Wednesday, September 29, 2010

A Summer Salad Finale With A Side Of Bacon

Last Sunday I got the chance to visit the Farmers Market for the first time in a month. That's what happens when I am forced to choose between oogling at veggies or shaking my booty at African Brazilian Dance class. Dancing is almost more addicting than food... almost. So why was this Sunday any different? Let's just say SOMEONE got an email from a farmer about a freshly slaughtered and extremely succulent pig whose parts would be sold at market. And perhaps BACON was one of those parts. Well booty shaking may trump squash, but Bacon blows butt thumping out the window. Especially bacon from an organically pampered and beautifully spoiled pig. If you aren't following I believe a reading of An ode to bacon is in order. This little piggy went to market and NEVER came home. MWAHAHAHA

Once I was there, I obviously wasn't leaving without picking up a few things. By the end my arms were filled with arugula, sprouts, heirloom tomatoes, onions, white peaches, yellow peaches, nectarines, plumbs, avocado, bagels, and of course, the fattiest whitest bacon I had ever layed eyes on.

I'm sure anyone living in the greater Los Angeles area remembers that day as the day we learned what it felt like to live inside a lizards mouth. And what did I decide to do that day? Yard work! Crazy? Perhaps, but would I have been inspired to create this deliciously refreshing salad? Perhaps not. Plus I had to make use of all the fresh veggies purchased only a few hours ago which were so tasty you hardly needed dressing. If this concoction can't cool you down, then nothing but an iced bath with Cruella Deville can. And with that I bid you a very fond farewell to grilling and hello to chilling.

A Cooling Farmer's Market Salad
1 avocado
1 heirloom tomato
1 cucumber
Sunflower sprouts
1/2 red onion finely chopped

1 lemon
1 tbs white wine vinegar
1/4 cup olive oil
1 clove garlic minced

Whip up a vinaigrette by whisking a few teaspoons of vinegar, lemon juice, minced garlic and 1 tsp salt together. Continue whisking while you pour a slow stream of olive oil in (about 1/2 cup). Taste and adjust seasoning.

TIP: This is my favorite way to cut an avocado. When you spoon it out they are already nicely cubed.

Saturday, September 18, 2010

Breakfast By The Sea

I know this is a little dated as it was from my visit to Big Sur and Carmel during Labor Day weekend, but this restaurant was too good a find to not mention. It's not often I find a true gem like this with fresh, organic, seasonal, and local ingredients. We ate breakfast here 3 days in a row. Can you see why?

Carmel Belle
Doud Craft Studios
Corner of Ocean and San Carlos
Carmel By The Sea
Spoondilicious Rating- 10 out of 10

Wednesday, September 1, 2010

Eatin' at Street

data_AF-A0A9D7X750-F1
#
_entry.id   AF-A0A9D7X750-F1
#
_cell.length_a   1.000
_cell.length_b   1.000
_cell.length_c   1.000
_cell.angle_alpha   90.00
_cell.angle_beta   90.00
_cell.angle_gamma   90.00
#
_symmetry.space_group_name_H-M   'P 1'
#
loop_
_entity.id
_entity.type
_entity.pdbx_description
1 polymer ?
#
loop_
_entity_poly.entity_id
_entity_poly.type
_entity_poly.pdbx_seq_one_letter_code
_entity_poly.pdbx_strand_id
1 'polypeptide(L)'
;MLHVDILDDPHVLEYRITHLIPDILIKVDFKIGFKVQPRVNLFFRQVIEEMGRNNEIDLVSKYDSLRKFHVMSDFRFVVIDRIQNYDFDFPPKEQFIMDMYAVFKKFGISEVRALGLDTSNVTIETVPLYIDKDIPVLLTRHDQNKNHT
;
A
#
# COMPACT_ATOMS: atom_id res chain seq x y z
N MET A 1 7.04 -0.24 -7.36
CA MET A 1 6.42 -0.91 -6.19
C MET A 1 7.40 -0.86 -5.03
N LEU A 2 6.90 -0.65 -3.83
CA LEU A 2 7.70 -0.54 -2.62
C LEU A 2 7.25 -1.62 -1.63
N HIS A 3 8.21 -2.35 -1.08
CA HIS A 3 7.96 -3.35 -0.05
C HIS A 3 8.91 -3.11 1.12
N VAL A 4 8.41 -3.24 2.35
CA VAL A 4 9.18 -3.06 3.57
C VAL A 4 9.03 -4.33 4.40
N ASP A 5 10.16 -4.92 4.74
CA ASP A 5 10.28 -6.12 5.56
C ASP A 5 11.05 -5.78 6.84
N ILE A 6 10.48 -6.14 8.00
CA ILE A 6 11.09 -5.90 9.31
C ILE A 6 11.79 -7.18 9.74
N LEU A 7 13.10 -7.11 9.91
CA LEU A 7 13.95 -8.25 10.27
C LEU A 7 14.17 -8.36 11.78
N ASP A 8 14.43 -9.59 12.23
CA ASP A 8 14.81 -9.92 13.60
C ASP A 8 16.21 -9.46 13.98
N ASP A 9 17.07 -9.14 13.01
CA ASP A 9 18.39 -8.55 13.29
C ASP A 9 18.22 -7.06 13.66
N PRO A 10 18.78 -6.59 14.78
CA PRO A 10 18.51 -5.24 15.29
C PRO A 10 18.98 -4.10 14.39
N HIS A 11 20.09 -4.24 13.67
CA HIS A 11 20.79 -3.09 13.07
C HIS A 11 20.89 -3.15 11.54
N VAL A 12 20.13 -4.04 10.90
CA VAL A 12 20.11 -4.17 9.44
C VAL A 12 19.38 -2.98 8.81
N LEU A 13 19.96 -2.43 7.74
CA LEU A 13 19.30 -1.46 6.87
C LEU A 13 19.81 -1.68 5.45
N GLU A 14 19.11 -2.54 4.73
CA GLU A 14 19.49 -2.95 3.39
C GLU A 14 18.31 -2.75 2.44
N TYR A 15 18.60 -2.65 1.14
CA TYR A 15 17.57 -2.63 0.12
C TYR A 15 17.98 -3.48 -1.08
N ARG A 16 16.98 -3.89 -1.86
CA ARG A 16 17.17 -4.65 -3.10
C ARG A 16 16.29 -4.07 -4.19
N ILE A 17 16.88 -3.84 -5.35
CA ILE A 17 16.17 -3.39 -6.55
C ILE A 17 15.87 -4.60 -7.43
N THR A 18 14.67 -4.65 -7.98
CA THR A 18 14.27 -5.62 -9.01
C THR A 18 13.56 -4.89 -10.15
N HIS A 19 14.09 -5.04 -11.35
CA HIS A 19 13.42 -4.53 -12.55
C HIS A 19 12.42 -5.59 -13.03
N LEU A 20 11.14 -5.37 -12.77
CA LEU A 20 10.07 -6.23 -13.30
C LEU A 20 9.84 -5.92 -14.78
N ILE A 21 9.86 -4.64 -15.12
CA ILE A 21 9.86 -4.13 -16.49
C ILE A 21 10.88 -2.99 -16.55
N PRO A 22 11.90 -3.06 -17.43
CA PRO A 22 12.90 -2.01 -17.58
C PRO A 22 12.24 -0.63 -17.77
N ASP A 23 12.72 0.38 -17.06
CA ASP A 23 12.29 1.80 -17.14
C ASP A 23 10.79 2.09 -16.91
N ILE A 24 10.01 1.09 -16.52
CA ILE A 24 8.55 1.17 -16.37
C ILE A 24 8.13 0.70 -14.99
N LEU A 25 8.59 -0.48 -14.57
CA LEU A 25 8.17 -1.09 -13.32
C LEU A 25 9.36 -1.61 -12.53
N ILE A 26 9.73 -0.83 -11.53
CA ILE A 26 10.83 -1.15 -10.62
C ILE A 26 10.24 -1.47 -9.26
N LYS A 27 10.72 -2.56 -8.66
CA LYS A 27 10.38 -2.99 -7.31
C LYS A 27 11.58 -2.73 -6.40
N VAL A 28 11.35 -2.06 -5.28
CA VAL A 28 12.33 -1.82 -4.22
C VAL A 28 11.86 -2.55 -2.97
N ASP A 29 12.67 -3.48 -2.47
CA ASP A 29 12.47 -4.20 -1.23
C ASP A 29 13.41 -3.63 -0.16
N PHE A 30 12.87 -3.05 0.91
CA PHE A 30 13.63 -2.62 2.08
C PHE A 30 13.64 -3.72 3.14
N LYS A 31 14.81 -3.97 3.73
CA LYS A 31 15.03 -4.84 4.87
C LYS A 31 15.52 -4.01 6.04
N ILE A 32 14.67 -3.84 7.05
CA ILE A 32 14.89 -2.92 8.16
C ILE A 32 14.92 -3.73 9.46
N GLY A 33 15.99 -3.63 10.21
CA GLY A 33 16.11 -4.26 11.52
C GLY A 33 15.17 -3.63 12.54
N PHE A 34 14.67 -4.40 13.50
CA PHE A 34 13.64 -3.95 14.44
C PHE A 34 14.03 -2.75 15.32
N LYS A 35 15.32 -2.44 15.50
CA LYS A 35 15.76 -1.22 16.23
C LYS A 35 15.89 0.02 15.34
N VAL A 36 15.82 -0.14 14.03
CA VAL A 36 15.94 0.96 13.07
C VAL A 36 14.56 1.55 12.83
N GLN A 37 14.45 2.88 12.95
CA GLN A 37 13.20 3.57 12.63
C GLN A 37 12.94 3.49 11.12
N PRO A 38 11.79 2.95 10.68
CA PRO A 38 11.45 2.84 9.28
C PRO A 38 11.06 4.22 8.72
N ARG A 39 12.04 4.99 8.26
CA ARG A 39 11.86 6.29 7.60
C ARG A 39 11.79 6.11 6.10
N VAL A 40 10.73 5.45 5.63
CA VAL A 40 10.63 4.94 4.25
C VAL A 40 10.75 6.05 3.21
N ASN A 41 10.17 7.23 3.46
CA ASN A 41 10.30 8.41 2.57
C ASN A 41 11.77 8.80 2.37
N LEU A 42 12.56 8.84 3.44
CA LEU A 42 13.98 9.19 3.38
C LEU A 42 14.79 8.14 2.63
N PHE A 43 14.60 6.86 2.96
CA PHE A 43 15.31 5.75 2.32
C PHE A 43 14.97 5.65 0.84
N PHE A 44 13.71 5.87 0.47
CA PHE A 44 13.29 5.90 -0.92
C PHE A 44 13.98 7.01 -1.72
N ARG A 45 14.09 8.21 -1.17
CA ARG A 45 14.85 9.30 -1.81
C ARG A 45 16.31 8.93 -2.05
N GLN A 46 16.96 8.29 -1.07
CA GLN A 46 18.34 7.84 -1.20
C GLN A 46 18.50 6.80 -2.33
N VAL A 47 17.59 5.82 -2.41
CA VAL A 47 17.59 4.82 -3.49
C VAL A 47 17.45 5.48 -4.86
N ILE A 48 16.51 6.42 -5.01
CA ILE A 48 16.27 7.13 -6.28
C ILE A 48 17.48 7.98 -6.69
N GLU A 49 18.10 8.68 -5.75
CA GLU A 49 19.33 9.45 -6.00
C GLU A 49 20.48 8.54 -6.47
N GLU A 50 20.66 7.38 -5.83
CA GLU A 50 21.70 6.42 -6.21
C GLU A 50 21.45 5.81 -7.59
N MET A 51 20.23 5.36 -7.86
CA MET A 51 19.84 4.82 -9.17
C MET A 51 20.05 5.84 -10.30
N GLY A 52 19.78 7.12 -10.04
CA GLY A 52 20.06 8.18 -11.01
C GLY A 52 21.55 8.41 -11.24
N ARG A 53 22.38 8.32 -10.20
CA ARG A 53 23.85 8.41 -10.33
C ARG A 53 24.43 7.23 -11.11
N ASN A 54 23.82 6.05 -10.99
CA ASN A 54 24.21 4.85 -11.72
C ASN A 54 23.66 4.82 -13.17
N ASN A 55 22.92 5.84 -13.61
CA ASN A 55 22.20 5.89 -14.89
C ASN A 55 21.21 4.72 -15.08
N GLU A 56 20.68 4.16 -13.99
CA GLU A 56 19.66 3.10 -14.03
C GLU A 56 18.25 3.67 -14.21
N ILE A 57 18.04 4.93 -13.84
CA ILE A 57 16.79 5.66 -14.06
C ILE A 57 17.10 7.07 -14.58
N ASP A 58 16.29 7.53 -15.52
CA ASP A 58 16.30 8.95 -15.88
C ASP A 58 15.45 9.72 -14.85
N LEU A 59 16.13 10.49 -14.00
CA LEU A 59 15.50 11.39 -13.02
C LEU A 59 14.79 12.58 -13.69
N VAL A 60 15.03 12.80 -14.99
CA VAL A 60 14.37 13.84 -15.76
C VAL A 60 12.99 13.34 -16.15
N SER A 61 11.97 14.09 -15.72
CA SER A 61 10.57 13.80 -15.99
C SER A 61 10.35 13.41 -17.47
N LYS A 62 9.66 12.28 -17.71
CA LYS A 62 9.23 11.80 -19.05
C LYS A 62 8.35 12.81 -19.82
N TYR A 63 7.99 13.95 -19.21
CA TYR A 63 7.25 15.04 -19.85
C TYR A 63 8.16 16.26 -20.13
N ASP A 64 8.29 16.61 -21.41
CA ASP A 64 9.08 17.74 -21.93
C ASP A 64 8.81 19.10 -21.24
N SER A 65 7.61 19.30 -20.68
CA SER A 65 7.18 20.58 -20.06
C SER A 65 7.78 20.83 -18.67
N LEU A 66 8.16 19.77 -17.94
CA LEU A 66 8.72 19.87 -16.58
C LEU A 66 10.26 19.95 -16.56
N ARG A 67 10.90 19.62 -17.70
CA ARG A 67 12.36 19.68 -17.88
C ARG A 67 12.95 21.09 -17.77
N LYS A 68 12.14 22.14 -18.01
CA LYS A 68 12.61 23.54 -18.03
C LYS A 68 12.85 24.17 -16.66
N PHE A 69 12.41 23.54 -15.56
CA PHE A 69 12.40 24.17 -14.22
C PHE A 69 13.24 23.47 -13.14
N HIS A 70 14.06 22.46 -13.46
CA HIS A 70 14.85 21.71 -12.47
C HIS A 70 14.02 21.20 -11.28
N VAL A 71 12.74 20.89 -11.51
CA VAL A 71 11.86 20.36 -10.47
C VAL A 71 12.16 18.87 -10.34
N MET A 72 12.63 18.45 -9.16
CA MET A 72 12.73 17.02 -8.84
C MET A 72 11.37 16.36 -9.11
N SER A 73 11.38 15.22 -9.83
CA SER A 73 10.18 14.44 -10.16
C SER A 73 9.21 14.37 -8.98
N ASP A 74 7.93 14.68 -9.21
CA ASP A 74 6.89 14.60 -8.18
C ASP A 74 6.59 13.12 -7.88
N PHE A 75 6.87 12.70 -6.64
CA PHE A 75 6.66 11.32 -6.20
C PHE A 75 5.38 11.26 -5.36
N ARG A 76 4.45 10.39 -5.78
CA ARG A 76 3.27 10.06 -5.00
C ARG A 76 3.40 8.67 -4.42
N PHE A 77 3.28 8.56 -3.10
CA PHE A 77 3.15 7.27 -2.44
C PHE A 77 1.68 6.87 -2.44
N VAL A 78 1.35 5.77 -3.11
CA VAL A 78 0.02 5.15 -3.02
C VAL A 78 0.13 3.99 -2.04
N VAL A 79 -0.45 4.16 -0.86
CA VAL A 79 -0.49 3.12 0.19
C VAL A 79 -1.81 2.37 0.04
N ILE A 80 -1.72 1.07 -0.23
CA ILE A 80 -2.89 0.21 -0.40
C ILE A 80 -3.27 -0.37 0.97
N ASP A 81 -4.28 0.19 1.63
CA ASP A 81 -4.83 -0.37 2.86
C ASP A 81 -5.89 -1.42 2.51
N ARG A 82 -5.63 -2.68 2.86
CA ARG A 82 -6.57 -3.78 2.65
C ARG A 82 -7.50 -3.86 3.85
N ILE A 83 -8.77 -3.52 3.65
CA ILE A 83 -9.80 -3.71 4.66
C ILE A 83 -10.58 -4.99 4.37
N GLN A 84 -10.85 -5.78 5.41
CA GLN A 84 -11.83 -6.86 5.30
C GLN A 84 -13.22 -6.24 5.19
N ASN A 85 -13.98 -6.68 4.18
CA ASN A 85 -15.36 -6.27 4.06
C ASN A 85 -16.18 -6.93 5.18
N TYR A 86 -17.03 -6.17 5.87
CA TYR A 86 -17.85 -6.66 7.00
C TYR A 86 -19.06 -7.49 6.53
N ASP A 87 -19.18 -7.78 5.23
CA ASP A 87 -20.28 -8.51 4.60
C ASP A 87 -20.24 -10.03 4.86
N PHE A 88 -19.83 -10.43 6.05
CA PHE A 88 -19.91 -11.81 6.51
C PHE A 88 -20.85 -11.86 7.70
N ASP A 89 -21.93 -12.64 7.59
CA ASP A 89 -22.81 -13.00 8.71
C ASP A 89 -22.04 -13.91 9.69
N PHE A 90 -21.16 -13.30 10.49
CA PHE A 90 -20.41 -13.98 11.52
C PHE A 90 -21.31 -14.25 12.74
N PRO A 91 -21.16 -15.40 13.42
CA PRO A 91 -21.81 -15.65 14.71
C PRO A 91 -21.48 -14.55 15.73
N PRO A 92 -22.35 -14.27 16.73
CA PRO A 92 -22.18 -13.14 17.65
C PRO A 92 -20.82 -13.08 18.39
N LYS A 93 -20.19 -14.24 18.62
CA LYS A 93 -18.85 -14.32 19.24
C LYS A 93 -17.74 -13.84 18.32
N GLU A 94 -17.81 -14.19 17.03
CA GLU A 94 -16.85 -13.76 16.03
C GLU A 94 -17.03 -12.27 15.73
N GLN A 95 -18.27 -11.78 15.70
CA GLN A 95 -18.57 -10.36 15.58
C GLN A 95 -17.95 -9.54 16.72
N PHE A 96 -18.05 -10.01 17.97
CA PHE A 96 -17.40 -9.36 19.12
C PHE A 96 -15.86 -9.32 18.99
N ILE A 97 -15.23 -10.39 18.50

Last week I had a bloggie date with my fellow foodie Mealmuse. The destination? Susan Feniger's newest ethnic venture- Street. A restaurant inspired by street food from around the world? LOVE IT! Since it's opening, I have been overly excited to take a trip to this eatery on Highland and experience some flavorful explosions.

The vibe was awesome. Unlike most restaurants in Los Angeles, it feels hip and funky with loud orange painted walls and a large outside dining area that glows red from the reflection of the awning. Fun hand painted art covers the walls and the bathroom is equipped with soap made from recycled and cleaned kitchen grease.

The food, I must admit, was good but a tad disappointing. That's usually what happens when I come in with the highest expectations. When I think of ethnic street food I think spice, explosions of flavor, perhaps exotic and a bit erotic. I want to take a bite and say "wow, that is incredible, I've never had anything like it!" Out of the six dishes we ordered, only one nailed it. Not surprisingly, it was the weirdest item on the menu. Toasted bread smothered in coconut jam with a side of soy sauce and a sunny side up egg for dipping. Crazy! I know, but also CRAZY good! The saltiness of soy sauce mixed with the sweetness of the coconut and richness of egg yolk made this dish ridiculously tasty. I had never tasted anything like it before.

I will say that the dishes were innovative. Ukrainian dumplings filled with cheesy spinach and smothered with lemon marmalade, were good but left something to be desired. Lamb meatballs drizzled with molasses had a nice kick to them and the Mexican ricotta noquis (steamed cheese dumplings in a tomatillo salsa) were nice but the wow factor wasn't there. The other dish that caught my attention was the black kale and white bean puree served with toasted bread and anchovy butter. To eat this I made a little tartine and spread the anchovy butter on the toast followed by the bean puree and then kale. I loved the first piece but went too heavy on the anchovy butter with the second and it was a little overwhelming.

I have a lot of respect for a restaurant as innovative as Street, especially since it strives to push the boundaries of Los Angeles cuisine. Street has some really interesting and unique dishes to offer and is a refreshing treat from the endless California inspired eateries that dominate LA. If you are looking for something new and fun I would take a trip to Street where you can travel the world and still be home in time for bed.

These savory snacks tasted exactly as if a rice krispy treat and a bowl of yellow curry had a baby. I would never order these but they come as a complimentary snack so you might as well try a few.

That is not a grilled cheese. Kaya Toast- Coconut jam toast dipped in soy sauce and egg. Absolutely amazing.

Ricotta dumplings, Ukranian dumplings, Lamb meatballs, Black Kale with white bean puree and anchovey butter

Ricotta steamed dumplings in tomatillo salsa

Susan Feniger's Street
742 North Highland Ave
Los Angeles CA 90038
Spoondlicious Rating: 8 out of 10


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